But please don't think I'm being smug about this. In 2008, I predicted the Chiefs would finish 9-7. Even a blind squirrel can win two games. No... wait... I meant to say that even 22 guys off the street are right twice a day. No... that's not right, either. Hmmm. A broken clock finds an acorn every once in a while?
You know what? Never mind.
In pure football terms, this victory isn't much to write home about. The Chiefs defeated an average team. They gained a ton of rushing yards against a team that actually gives up quite a few of them. They allowed Jabar Gaffney to give an all-too-realistic impression of his suspended teammate Brandon Marshall.
But I should stop right there. Who wants to rain on this parade?
After all, the player-who-shall-not-be-named's previous franchise record of 211 yards came against a less than stellar rushing defense, too. And Jamaal Charles demolished that mark.
(The only really bad thing I can say about it is that it was another excuse for a headline writer - this one at NFL.com - to think they were being quite clever by coming up with another lame "Charles In Charge" riff. Would someone please shoot the next bozo who starts to write this somewhere?)
He may be a yo-yo in the eyes of Todd Haley (and more than a few Chiefs fans) but Derrick Johnson showed why the Chiefs thought he was worth a first round draft pick. A score of defensive backs have returned a pair of interceptions for touchdowns in a single game, but it's been fourteen years since another linebacker - Ken Norton - has done it.
Dwayne Bowe didn't even drop a pass in this game. OK... so what if the Chiefs decided to let Champ Bailey wither on the vine by throwing Bowe just one pass? Bowe didn't drop the blessed thing, did he?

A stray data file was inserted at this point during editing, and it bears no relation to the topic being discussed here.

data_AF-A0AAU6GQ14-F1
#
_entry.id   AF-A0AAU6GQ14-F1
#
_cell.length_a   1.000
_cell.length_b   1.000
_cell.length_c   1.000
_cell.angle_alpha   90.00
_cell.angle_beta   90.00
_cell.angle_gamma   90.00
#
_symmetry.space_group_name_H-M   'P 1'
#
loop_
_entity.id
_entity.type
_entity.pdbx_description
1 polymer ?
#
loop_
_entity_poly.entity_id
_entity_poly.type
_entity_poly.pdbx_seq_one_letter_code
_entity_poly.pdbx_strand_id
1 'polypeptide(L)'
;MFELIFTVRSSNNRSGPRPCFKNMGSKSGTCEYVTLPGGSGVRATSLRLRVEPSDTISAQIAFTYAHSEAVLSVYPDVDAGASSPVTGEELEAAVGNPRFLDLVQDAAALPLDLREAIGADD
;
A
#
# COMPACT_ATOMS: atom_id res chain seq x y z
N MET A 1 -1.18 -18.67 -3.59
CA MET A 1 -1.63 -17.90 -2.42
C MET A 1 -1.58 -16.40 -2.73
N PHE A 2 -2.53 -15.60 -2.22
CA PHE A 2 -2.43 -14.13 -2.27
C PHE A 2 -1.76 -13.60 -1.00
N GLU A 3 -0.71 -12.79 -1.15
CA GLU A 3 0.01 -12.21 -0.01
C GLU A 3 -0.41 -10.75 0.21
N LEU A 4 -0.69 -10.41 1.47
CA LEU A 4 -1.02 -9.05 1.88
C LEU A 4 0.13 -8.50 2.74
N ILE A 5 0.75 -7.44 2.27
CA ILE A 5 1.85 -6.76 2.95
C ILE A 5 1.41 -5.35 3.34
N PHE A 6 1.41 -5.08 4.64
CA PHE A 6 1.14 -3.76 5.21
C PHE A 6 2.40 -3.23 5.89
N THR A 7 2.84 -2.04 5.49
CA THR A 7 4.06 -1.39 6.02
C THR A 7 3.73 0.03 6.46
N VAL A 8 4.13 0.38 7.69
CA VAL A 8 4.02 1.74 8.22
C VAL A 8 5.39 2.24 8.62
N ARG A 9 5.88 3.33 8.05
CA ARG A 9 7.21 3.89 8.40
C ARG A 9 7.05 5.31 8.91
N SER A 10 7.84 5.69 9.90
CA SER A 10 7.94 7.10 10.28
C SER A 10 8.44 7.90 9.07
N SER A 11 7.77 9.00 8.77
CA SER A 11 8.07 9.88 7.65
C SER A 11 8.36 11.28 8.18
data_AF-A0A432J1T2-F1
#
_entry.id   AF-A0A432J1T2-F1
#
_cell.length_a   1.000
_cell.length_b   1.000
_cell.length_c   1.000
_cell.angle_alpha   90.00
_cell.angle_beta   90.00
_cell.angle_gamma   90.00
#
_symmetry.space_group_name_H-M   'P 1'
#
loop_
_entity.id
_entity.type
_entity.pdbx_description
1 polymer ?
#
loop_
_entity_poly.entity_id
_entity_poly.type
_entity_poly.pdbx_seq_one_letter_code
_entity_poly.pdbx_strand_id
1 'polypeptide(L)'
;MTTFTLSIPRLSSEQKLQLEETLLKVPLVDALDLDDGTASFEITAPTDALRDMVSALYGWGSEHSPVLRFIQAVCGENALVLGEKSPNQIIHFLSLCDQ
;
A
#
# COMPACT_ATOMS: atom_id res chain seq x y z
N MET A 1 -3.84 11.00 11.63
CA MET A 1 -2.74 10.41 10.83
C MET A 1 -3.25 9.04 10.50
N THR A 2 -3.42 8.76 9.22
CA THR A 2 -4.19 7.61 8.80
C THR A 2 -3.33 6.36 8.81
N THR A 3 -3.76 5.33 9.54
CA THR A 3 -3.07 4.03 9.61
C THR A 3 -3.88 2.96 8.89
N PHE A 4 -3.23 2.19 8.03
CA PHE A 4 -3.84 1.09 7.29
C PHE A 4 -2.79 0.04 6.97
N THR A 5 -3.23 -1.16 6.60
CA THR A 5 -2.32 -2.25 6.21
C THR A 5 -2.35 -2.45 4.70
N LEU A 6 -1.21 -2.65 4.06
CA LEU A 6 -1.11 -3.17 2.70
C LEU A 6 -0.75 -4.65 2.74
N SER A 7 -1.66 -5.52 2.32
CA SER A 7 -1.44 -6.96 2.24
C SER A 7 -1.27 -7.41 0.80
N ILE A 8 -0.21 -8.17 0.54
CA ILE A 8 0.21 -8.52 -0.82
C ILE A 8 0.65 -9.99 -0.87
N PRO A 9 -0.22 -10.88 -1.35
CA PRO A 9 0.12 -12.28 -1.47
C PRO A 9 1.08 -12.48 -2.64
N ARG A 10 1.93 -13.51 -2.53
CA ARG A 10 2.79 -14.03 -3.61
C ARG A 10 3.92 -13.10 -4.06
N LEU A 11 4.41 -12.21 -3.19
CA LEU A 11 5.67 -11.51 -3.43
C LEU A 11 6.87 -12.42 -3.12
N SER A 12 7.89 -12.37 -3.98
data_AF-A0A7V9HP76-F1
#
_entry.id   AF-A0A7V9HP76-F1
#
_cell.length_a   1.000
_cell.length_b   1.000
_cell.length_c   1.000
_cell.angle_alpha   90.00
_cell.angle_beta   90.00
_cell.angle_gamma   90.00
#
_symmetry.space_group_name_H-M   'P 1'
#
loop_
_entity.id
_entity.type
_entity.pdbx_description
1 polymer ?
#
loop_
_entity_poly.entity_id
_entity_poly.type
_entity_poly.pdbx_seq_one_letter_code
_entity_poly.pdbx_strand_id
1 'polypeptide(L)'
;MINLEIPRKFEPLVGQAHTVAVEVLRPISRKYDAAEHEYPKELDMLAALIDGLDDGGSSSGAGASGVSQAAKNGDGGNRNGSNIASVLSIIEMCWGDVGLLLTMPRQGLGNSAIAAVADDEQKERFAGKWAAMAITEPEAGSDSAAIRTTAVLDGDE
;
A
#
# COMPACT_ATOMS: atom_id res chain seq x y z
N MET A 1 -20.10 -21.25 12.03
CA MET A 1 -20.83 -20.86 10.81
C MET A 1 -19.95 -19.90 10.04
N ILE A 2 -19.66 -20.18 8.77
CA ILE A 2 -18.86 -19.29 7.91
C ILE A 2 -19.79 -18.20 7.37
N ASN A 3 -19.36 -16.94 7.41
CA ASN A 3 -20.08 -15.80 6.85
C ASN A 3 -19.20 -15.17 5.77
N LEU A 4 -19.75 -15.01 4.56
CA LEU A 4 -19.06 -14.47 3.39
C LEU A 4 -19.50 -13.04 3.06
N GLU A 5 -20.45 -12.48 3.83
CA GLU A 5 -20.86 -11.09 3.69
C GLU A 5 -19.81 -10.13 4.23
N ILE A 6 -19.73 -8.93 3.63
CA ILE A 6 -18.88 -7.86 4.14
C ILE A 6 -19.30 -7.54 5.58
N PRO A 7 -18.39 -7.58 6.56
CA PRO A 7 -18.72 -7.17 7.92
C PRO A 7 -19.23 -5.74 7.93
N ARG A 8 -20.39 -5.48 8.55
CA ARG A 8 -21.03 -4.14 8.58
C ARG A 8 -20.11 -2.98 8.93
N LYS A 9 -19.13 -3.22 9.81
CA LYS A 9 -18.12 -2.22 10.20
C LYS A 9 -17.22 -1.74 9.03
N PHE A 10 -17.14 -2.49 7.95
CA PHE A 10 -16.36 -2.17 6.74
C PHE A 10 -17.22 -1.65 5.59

Here's another pop quiz, kids. How many games did the Chiefs have to play before scoring on the opening drive? How many games did Glenn Dorsey have to play before recording his first sack of the season? And how many games did the Chiefs have to play before going a whole game without giving up a sack?
Anyone? Anyone? Shut up, Bueller.
Yep... the answer to all three is fifteen. You can throw all those goose eggs away now.
You know... I'm feeling so good about this game, I won't even criticize Todd Haley for once again letting a trick play burn a hole in his pocket. Even I am willing to excuse something like that when the Chiefs head coach, offensive coordinator, quarterbacks coach, statistician, sign writer - and fashion plate - throws the long ball when it's smart (instead of when it feels good) doesn't press when he doesn't need to, and finds such an effective way to motivate his team.
While the opponent didn't carry quite the cachet of a defending Super Bowl champ, this win - like the one against the Steelers - was one the Chiefs definitely deserved. They played hard and well, and fought on every snap with the hearts of champions. There wasn't a thing in the world on the line - except the promise of a bright future.
And tonight, that promise looks pretty damned good.
Class dismissed - until sophomore year, that is.